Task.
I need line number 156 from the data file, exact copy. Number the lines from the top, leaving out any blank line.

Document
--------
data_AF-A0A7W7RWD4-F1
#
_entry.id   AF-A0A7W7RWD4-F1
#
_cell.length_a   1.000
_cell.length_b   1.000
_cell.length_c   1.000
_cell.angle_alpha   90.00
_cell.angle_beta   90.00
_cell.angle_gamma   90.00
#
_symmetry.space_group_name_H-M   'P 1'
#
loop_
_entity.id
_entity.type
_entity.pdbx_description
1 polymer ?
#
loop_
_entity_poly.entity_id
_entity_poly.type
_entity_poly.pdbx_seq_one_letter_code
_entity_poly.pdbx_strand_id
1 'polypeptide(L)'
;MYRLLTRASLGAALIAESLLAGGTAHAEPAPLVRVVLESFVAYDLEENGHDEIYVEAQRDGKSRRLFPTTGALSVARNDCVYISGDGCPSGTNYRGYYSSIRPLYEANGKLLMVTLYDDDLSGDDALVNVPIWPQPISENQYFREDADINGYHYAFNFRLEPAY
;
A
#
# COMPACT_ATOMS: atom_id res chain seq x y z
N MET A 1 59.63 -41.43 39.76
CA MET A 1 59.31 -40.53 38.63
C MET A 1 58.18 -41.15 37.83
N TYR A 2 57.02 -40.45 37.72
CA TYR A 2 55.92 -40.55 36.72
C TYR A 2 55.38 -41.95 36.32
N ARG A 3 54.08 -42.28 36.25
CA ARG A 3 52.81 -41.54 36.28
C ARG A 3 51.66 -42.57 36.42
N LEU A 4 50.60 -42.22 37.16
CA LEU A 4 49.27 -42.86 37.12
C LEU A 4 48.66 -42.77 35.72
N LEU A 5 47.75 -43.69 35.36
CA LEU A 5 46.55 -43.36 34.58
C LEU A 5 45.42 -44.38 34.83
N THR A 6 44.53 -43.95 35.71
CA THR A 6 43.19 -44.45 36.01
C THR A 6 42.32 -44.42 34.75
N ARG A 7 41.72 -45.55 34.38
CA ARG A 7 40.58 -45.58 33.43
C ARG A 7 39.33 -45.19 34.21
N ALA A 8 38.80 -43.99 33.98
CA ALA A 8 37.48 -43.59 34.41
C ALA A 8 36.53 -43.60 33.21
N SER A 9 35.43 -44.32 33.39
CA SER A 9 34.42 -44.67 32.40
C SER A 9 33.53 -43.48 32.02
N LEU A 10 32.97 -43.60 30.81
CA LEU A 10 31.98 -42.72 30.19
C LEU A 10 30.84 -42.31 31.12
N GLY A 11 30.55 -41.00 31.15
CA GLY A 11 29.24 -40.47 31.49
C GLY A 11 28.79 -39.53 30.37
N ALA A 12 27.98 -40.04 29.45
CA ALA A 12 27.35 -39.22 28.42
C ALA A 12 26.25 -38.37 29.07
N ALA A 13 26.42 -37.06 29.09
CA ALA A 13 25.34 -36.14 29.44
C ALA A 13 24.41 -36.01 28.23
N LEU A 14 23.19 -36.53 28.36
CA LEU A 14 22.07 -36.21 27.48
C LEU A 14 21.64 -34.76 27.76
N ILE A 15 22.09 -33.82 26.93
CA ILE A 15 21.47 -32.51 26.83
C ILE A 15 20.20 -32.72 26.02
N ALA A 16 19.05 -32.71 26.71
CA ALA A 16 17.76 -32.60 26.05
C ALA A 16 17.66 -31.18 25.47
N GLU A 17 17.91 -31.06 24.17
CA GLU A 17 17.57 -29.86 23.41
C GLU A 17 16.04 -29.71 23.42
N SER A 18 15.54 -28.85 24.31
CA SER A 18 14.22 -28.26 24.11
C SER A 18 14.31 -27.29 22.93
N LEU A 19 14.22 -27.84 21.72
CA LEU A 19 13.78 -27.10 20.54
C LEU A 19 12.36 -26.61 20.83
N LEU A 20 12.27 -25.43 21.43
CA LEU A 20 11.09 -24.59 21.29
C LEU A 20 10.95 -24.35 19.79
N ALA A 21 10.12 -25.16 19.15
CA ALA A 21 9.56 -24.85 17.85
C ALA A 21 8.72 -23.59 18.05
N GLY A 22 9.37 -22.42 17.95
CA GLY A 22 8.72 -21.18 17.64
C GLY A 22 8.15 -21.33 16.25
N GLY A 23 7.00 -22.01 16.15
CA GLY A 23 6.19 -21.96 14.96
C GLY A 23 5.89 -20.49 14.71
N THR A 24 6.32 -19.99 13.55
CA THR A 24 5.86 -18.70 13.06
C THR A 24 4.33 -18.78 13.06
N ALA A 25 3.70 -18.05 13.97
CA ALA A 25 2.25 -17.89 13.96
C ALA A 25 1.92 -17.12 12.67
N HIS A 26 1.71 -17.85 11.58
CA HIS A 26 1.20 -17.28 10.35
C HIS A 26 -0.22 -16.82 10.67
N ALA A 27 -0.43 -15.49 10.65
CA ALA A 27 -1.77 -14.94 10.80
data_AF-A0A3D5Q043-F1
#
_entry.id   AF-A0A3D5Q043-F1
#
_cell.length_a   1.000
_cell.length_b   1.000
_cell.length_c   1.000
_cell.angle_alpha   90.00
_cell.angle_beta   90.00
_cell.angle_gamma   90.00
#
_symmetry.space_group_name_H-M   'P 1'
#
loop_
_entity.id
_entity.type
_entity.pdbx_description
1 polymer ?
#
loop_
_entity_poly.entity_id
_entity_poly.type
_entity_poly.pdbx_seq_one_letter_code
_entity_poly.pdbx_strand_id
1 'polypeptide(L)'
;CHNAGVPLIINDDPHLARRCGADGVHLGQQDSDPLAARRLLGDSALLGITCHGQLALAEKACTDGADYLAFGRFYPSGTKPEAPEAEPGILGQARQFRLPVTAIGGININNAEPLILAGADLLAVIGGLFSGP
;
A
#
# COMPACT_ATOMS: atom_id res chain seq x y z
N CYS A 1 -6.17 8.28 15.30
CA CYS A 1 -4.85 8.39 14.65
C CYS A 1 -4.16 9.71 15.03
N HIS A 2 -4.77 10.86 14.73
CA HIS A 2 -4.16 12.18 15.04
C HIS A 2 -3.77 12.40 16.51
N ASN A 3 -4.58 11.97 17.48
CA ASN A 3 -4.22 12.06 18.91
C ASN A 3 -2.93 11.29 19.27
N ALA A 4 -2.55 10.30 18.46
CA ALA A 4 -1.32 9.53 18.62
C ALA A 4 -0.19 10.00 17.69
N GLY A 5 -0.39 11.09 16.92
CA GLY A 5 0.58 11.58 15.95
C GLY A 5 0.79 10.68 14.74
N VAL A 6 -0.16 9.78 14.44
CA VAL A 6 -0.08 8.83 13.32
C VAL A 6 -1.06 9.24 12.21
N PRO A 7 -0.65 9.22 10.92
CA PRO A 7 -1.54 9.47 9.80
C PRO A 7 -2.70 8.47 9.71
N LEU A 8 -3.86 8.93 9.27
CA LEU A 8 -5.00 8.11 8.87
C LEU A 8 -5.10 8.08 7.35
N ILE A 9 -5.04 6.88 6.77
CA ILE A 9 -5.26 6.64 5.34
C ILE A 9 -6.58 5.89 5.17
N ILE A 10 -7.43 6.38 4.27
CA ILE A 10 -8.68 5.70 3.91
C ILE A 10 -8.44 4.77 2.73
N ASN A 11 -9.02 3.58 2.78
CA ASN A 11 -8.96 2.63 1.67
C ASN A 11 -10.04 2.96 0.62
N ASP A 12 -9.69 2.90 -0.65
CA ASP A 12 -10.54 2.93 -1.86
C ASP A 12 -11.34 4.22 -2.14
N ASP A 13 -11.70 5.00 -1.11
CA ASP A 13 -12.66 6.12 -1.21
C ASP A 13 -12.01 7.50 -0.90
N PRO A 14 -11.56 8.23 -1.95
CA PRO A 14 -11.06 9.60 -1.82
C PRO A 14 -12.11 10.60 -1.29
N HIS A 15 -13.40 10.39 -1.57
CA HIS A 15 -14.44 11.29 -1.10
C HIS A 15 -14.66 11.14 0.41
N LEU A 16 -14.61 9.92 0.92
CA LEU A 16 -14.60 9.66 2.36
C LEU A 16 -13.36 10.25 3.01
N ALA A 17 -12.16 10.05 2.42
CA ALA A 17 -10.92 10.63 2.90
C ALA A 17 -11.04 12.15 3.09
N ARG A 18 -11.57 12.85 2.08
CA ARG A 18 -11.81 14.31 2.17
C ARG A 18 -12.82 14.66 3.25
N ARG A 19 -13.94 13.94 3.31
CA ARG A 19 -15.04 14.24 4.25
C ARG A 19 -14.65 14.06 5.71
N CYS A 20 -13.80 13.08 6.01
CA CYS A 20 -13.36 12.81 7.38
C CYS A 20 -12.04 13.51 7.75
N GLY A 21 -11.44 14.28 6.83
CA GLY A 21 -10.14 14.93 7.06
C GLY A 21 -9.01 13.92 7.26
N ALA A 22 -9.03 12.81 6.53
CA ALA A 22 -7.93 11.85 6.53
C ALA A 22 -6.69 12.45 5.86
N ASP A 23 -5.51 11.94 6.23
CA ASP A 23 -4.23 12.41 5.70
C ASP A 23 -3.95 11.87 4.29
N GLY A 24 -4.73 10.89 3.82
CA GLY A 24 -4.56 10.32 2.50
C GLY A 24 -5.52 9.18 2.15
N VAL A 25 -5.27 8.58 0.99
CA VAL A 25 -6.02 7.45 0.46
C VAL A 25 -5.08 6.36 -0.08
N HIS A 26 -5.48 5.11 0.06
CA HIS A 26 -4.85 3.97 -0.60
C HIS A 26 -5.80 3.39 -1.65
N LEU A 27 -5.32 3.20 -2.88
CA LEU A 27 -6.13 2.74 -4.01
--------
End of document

N VAL A 6 -0.16 9.78 14.44